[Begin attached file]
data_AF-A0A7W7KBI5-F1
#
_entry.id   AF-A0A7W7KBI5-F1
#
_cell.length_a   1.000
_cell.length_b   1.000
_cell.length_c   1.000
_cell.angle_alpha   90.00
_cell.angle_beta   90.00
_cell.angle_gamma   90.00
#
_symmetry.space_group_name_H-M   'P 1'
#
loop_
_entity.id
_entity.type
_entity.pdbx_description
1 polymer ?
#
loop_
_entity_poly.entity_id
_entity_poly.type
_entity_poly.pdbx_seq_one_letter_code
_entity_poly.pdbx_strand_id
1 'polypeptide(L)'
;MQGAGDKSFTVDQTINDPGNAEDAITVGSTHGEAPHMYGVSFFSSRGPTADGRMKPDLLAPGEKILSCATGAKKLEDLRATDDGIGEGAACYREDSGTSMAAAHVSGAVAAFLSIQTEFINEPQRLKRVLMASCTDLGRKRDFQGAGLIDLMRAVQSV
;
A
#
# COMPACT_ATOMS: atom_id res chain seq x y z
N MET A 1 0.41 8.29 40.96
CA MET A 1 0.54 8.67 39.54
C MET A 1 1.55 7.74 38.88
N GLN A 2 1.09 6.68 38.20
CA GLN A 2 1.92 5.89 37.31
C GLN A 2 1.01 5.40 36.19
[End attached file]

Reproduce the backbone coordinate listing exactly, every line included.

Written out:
data_AF-A0A7W7KBI5-F1
#
_entry.id   AF-A0A7W7KBI5-F1
#
_cell.length_a   1.000
_cell.length_b   1.000
_cell.length_c   1.000
_cell.angle_alpha   90.00
_cell.angle_beta   90.00
_cell.angle_gamma   90.00
#
_symmetry.space_group_name_H-M   'P 1'
#
loop_
_entity.id
_entity.type
_entity.pdbx_description
1 polymer ?
#
loop_
_entity_poly.entity_id
_entity_poly.type
_entity_poly.pdbx_seq_one_letter_code
_entity_poly.pdbx_strand_id
1 'polypeptide(L)'
;MQGAGDKSFTVDQTINDPGNAEDAITVGSTHGEAPHMYGVSFFSSRGPTADGRMKPDLLAPGEKILSCATGAKKLEDLRATDDGIGEGAACYREDSGTSMAAAHVSGAVAAFLSIQTEFINEPQRLKRVLMASCTDLGRKRDFQGAGLIDLMRAVQSV
;
A
#
# COMPACT_ATOMS: atom_id res chain seq x y z
N MET A 1 0.41 8.29 40.96
CA MET A 1 0.54 8.67 39.54
C MET A 1 1.55 7.74 38.88
N GLN A 2 1.09 6.68 38.20
CA GLN A 2 1.92 5.89 37.31
C GLN A 2 1.01 5.40 36.19